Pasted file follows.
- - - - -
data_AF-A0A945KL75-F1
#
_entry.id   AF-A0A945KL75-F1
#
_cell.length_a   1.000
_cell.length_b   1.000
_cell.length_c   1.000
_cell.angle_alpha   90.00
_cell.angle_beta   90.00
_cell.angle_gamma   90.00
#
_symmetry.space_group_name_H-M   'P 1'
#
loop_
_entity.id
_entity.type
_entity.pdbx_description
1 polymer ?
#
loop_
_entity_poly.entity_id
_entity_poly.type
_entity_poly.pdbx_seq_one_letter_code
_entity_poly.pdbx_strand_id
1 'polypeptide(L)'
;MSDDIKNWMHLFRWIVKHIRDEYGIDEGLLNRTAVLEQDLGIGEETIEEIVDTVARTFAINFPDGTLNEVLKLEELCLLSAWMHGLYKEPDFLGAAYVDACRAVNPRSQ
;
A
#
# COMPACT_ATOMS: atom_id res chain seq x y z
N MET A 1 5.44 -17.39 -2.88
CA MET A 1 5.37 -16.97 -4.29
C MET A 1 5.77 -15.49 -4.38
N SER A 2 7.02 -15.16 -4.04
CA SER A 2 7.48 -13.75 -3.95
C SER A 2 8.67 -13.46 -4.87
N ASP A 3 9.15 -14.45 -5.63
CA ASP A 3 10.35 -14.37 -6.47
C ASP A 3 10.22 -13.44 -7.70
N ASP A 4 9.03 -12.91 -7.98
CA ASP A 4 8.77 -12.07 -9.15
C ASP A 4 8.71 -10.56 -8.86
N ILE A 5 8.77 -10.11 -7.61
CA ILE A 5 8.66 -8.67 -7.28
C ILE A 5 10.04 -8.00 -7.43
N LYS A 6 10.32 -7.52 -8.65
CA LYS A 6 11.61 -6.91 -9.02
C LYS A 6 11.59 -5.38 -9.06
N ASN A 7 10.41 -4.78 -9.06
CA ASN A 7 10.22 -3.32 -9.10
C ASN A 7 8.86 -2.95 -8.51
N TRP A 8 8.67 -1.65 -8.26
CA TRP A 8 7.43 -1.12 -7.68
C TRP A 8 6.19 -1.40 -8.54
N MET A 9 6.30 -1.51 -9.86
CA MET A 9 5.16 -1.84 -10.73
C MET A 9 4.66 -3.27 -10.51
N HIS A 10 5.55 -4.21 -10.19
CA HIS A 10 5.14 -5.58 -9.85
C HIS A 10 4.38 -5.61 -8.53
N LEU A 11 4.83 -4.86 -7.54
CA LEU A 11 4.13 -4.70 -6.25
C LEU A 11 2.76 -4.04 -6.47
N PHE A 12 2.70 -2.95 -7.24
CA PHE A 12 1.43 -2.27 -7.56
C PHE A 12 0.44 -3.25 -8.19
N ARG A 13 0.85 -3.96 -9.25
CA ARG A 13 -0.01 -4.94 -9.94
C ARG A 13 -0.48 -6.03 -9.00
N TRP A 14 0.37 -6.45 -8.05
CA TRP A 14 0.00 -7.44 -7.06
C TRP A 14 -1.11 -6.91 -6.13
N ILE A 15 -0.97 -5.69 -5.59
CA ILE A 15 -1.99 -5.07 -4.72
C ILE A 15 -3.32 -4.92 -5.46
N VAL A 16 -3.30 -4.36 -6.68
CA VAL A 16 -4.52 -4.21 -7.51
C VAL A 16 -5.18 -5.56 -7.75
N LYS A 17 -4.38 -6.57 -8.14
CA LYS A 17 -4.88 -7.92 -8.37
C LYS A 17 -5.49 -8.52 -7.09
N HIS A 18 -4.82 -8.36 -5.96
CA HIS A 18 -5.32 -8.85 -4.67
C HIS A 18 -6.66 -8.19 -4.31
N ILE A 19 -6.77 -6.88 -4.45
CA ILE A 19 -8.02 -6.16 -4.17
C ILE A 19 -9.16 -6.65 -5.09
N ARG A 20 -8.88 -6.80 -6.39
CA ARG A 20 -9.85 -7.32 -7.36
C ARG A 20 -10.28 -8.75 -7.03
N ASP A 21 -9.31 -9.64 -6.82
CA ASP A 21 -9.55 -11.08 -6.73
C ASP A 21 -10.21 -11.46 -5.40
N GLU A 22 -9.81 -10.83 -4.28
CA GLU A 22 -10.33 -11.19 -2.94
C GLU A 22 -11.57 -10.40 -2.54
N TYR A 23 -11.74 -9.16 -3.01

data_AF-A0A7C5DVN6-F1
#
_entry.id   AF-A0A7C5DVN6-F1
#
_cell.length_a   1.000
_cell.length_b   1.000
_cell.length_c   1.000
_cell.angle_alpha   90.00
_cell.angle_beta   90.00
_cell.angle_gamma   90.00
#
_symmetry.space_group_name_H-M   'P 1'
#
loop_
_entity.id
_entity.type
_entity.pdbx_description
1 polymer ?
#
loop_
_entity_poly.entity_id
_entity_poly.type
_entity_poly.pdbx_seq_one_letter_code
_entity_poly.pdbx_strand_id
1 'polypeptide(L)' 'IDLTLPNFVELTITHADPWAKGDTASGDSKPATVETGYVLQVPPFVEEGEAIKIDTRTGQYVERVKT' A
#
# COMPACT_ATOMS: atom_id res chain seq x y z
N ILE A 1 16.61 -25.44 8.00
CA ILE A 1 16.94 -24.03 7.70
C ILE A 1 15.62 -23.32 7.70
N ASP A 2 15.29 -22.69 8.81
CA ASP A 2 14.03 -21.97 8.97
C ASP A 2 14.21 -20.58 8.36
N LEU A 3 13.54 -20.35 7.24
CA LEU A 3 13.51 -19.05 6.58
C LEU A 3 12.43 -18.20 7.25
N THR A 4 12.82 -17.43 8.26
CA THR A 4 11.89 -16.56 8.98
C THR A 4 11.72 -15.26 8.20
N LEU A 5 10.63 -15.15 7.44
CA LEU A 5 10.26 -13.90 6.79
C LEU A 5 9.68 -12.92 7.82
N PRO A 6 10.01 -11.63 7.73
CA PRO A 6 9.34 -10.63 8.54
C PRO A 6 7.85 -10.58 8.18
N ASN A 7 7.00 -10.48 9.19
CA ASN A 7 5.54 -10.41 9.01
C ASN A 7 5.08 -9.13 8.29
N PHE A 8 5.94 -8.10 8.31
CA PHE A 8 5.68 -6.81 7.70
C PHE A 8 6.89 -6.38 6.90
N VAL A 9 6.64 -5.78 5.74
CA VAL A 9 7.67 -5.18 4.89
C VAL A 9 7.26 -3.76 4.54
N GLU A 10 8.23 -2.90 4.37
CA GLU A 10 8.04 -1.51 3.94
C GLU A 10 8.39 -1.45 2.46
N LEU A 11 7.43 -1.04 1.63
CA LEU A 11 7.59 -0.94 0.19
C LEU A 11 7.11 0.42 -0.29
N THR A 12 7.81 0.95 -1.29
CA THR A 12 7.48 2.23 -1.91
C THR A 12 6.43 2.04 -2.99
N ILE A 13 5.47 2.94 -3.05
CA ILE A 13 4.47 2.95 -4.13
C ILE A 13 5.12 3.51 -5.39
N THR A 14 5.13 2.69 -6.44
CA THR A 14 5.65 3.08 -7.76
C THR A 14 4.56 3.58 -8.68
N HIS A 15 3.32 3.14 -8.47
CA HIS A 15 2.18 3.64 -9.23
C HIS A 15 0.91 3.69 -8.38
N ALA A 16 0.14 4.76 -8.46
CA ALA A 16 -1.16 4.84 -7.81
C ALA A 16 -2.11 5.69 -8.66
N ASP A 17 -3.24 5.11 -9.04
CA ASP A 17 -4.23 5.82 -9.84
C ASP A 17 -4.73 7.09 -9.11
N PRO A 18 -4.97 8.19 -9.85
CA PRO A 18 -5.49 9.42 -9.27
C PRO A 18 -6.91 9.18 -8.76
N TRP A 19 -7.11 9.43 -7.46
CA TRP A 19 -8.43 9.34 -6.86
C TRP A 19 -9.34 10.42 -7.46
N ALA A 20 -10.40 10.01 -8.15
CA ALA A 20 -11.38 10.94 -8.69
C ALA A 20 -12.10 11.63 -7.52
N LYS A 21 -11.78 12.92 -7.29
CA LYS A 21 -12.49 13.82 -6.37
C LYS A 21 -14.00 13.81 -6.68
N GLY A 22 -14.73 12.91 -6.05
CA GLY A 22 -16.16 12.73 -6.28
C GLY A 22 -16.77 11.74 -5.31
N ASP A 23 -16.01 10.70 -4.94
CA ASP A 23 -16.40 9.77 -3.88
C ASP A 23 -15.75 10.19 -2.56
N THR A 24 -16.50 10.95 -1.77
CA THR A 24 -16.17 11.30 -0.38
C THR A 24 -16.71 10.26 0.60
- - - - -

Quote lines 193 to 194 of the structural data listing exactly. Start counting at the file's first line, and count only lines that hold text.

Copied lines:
C ASP A 23 -15.75 10.19 -2.56
N THR A 24 -16.50 10.95 -1.77